CCA clarifies vision for expansion, remodeling to accommodate growth
By Chris Umscheid
North Liberty Leader
TIFFIN– Officials at Clear Creek Amana school district hope $48 million dollars will purchase a lot of much-needed space
They also hope that voters in the district will approve a bond issue to finance the various projects that will provide it.
At yet another special meeting, held Monday, Sept. 30, the board toured the middle school in Tiffin to clarify a proposal for expanding and renovating the building.
According to Keith Johnk of Shive-Hattery, a 60,000 square foot addition would be built on the west end of the school. A two-story structure, it would house a new main entrance, school administrative offices, a new cafeteria, and classrooms on the first floor with a new media center (library) and classrooms on the second. Additionally, new ADA (Americans with Disabilities Act)– compliant locker rooms would replace current facilities. In the existing building– which dates to 1968, with additions built in the 1980s, 1994 and 1996– the Heating, Ventilating and Air-Conditioning (HVAC) system would be overhauled and updated. Also, the electrical system would be improved throughout the building to support the ever-increasing use of technology.
During the tour, middle school principal Brad Fox showed where three classrooms have been reconfigured into two, increasing space and better utilizing the existing facility. There are other rooms, Fox said, which could be combined as well. Superintendent Tim Kuehl noted, “There could be some amount of remodeling, (like) the three rooms to two we discussed, depending on cost.”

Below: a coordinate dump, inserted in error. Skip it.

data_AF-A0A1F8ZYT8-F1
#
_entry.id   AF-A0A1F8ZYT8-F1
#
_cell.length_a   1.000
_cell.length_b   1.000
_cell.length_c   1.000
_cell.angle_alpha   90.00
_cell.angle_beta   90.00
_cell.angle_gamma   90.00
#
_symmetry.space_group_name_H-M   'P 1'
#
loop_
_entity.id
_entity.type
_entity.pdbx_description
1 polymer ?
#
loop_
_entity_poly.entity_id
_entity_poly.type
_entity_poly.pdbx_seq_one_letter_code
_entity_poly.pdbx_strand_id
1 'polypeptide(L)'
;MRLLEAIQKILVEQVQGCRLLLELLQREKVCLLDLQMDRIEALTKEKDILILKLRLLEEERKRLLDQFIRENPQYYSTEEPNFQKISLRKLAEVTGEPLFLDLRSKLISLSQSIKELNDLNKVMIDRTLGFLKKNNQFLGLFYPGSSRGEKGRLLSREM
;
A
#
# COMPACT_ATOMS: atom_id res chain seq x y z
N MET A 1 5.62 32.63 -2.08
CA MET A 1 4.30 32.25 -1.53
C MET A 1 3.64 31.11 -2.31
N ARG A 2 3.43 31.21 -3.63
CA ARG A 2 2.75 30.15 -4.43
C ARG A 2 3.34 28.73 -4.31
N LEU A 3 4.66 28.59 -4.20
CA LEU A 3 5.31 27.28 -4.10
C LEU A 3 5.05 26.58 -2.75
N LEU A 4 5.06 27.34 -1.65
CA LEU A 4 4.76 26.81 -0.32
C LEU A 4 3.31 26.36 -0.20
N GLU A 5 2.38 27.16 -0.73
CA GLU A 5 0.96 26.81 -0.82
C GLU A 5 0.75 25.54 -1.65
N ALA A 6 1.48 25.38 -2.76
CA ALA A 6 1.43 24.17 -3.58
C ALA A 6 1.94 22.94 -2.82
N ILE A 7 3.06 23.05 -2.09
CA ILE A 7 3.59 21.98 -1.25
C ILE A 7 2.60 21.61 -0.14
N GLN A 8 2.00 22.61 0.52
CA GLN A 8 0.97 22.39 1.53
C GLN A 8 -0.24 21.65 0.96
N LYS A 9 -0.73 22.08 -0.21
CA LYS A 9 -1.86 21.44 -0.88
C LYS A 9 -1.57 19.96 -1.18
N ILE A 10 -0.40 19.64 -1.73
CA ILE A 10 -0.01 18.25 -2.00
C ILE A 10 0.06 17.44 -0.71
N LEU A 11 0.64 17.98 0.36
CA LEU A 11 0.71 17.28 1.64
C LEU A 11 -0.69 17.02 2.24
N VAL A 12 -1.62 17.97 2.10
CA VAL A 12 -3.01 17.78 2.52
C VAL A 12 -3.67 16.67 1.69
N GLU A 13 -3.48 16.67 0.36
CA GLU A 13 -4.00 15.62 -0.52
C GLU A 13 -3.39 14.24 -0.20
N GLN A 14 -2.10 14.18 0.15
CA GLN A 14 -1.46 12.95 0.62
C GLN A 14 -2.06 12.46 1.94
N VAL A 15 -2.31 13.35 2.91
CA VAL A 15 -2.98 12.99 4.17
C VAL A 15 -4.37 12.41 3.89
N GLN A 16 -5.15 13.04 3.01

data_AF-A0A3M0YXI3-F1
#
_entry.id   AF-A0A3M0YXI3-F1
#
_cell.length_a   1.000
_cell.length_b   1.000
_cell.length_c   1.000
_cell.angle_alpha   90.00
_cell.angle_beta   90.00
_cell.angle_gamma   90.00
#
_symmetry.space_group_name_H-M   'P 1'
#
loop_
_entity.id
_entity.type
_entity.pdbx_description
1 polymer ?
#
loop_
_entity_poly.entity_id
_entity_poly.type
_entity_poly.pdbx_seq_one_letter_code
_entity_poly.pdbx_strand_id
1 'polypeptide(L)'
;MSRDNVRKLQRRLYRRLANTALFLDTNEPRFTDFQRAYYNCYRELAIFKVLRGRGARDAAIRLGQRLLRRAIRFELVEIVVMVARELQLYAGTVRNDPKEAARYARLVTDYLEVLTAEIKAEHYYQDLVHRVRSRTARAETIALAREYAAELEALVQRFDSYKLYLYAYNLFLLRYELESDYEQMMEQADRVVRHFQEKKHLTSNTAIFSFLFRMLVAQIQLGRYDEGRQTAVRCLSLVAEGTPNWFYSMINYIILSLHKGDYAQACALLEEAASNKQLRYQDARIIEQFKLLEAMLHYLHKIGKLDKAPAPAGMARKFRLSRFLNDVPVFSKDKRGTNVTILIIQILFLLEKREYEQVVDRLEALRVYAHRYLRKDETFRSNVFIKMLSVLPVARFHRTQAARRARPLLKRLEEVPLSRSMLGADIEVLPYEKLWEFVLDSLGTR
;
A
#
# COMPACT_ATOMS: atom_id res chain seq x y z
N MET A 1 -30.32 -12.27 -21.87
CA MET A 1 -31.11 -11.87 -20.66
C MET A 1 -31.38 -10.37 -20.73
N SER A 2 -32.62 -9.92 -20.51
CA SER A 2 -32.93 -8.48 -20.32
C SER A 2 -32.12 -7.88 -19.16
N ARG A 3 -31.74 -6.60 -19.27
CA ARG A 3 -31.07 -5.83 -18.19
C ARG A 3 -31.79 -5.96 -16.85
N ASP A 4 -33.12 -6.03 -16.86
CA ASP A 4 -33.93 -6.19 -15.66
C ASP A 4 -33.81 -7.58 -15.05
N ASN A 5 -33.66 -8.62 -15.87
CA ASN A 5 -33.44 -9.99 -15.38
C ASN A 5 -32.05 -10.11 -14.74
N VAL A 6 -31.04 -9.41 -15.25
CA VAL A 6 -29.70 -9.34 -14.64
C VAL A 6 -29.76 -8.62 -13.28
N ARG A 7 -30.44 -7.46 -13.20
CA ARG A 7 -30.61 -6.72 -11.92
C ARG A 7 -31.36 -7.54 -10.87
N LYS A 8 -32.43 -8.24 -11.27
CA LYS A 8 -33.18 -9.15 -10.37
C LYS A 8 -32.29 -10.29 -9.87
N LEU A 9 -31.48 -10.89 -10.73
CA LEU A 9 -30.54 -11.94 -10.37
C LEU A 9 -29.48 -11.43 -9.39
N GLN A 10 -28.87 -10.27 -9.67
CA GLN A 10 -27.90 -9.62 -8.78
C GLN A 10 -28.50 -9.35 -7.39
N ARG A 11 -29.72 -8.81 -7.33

Also part of the bond would be a new elementary building based on North Bend Elementary at a site which is yet to be determined. The new school would have three pods, each with two preschool rooms and four kindergarten rooms. Currently the plan calls for a standard, elementary-sized gym as opposed to the full-size gym at North Bend, which was financed in part by the city of North Liberty for use by the city’s recreation department. When a suitable site is located, part of the bond money would be used to purchase the land. Kuehl stated earlier that voters would know the location when they go to cast their ballot.
At Amana Elementary, the HVAC system would be upgraded, ensuring all classroom spaces are air-conditioned.
The high school, opened in 2009, is downstream of the current enrollment wave, and included in the bond would be funds to build an academic wing onto the existing structure to increase capacity. Also, the weight and wrestling rooms would be converted into a second gym to accommodate an increase in the number of P.E. classes as well as to provide additional practice space for the athletic teams. New weight and wrestling rooms would be built on the south side.
Kuehl noted the bond language would establish an absolute limit of $48 million for all of these projects, and said the district can accomplish the work without raising the tax rate on property owners.
“This is due to increasing valuations, the district lowering our cash reserve levy, and lowering our management fund rate,” Kuehl said.